Don't Treat Your Soil Like Dirt

Don't Treat Your Soil Like Dirt

Vegetables and
Annual Flowers

You've probably heard that the ideal garden soil is a rich loam. But what exactly is this?

A rich, loamy soil contains a range of mineral particle sizes -- from microscopic clays to relatively large grains of sand. These particles are bound together into groupings of various sizes called aggregates. Soil composed of these aggregates has lots of pore spaces of various sizes, and these spaces contain water and air. If all the spaces contain water, the soil is waterlogged; few plants can withstand such saturated soils for long, because plant roots also need air.

What type of soil do you have?
1. Squeeze Test. Take a handful of moist soil. Compress it into a ball, then press it between your thumb and index finger and try to form a ribbon. If the soil is crumbly and won’t form a ball, it probably contains a lot of sand. The stickier the soil is, and the longer the ribbon you can form, the more clay the soil contains. Loamy soil will form a ball that crumbles when poked.

Sandy Soil

Clay Soil

Loamy Soil

2. Soil Shake. Fill a large glass jar about two thirds full of water, then add enough soil to almost fill the jar. Shake the jar vigorously, then let it settle for a few days. The larger particles -- gravel and sand -- will settle first, followed by silt-sized particles, and, finally, microscopic clay particles. In fact, the clay may stay suspended in the water for quite some time. Organic matter will float at or just below the surface of the water. By looking at the layers, you can find the approximate ratio of sand to silt to clay in your soil. "Ideal" loamy garden soil contains 40% sand, 40% silt, and 20% clay.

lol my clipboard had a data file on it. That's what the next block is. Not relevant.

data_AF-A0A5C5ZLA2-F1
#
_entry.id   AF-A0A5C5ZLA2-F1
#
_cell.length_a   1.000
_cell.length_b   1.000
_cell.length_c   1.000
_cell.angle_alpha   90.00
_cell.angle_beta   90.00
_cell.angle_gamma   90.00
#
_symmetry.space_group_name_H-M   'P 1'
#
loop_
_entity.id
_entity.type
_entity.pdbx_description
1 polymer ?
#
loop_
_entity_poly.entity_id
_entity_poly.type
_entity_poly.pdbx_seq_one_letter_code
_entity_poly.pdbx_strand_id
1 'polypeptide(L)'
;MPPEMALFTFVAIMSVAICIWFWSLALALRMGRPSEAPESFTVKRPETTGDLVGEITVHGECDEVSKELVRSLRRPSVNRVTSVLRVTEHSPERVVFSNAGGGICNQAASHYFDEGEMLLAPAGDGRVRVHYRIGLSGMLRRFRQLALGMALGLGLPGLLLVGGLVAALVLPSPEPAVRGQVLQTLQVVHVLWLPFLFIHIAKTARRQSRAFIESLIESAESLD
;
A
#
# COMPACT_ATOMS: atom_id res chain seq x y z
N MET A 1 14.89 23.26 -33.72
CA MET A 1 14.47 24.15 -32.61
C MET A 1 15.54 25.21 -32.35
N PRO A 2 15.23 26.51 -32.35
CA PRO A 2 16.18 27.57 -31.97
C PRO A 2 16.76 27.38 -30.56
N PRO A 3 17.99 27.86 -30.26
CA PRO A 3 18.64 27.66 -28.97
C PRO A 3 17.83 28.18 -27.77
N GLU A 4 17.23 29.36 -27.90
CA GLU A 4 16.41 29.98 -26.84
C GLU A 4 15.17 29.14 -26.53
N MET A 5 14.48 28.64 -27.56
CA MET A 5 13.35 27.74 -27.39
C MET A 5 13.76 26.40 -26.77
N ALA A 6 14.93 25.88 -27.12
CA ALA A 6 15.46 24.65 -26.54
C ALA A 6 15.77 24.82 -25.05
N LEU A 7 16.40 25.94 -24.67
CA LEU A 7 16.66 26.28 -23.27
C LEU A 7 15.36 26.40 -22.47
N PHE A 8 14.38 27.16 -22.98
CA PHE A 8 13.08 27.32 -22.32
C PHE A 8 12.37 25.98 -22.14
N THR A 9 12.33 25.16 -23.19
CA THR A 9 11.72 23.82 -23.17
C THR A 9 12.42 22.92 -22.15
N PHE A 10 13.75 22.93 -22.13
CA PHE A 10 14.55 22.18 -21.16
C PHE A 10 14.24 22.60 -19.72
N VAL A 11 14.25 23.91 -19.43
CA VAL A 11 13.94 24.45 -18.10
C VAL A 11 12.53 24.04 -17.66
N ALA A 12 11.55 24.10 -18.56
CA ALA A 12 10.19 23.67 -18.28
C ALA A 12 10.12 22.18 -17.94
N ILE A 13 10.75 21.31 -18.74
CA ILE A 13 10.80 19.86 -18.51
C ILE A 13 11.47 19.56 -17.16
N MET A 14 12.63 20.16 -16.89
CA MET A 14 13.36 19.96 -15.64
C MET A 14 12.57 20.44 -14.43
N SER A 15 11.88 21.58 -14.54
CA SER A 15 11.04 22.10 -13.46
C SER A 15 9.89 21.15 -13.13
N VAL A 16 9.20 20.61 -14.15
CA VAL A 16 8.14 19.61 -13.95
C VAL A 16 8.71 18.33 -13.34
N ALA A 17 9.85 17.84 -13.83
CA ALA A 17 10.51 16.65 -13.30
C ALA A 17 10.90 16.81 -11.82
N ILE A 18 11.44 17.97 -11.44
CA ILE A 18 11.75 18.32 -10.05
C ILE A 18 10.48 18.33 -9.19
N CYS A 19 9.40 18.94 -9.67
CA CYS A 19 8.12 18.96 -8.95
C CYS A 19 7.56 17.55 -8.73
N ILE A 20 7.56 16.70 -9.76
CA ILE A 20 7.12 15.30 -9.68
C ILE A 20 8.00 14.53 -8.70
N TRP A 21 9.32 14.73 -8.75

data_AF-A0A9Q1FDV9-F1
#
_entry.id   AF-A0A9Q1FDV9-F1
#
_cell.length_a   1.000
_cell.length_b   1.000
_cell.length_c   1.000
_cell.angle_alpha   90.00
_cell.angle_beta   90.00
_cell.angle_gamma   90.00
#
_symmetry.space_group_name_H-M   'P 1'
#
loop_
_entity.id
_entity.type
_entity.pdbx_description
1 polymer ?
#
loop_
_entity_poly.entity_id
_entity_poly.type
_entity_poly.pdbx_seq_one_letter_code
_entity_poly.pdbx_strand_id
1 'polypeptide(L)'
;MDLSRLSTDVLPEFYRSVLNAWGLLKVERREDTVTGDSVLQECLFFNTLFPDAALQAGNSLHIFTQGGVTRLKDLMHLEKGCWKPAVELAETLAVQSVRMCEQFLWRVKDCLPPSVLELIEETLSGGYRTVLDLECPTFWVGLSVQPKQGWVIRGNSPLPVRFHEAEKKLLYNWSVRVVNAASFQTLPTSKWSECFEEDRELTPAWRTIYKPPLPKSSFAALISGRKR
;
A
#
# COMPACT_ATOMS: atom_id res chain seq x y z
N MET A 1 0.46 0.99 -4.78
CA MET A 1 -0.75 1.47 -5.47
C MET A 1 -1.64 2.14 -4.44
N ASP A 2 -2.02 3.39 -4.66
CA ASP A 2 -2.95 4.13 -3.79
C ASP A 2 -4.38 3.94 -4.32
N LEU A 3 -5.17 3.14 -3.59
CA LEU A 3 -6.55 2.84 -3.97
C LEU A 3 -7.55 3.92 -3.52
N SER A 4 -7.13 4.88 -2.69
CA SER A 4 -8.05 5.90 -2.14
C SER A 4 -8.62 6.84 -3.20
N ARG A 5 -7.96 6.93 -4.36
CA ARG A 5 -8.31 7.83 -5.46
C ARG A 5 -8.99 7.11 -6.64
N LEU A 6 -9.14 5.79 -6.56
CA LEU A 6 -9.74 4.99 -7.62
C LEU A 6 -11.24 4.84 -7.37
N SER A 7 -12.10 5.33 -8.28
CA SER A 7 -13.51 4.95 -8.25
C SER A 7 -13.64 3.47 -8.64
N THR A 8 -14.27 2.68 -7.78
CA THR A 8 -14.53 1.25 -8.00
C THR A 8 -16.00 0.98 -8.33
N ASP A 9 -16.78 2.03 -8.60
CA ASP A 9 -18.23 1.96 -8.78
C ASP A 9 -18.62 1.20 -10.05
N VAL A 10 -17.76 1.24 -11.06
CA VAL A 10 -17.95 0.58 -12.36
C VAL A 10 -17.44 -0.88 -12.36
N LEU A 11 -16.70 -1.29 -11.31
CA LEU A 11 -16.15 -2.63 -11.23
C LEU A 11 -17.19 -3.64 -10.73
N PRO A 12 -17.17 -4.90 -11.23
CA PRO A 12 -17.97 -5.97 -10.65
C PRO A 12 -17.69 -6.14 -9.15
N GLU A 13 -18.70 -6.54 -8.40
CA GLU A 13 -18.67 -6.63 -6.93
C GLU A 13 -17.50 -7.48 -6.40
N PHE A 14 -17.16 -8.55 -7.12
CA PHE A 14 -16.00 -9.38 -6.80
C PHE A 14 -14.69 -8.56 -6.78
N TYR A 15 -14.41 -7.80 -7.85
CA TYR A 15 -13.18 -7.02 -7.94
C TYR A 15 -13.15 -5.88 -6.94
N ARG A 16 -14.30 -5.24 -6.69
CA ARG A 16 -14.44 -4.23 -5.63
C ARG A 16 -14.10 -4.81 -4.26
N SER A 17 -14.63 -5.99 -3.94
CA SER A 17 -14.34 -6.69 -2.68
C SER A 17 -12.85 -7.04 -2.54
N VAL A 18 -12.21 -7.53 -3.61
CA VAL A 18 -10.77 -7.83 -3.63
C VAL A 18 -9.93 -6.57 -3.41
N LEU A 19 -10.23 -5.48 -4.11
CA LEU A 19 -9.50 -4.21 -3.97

Very sandy soils have excellent drainage, but can drain so quickly that plants suffer from drought. Clay soils, on the other hand, hold water so well they can easily become waterlogged. Loamy soil provides a happy medium, retaining adequate water but draining well.

If you have a loamy soil, congratulations! But if yours is on the sandy or clayey side, don’t despair. (See the sidebars for some tips on improving these soils.)

Sandy Soil Loamy Soil Clay Soil

Soil pH
You're probably aware that some plants, such as rhododendrons and blueberries, prefer acidic soil. Most garden vegetables, on the other hand, prefer a soil that's only slightly acidic. How do you determine your soil’s acidity? Use a soil test kit (or send a sample to a testing lab.)

Soil acidity is measured using the pH scale, which runs from 0 to 14, with a pH of 7 being neutral. The lower the number, the more acidic; the higher the number, the more alkaline. Blueberries and rhododendrons thrive in soil with a pH in the range of 4.0 to 5.2; garden vegetables generally prefer a pH of 6.5 to 6.8.

In general, soils in regions with high rainfall tend to be acidic; this includes much of the eastern part of the U.S. Soils in arid regions tend to be alkaline. This isn't a hard-and-fast rule, however, and soil pH can vary even within a small yard.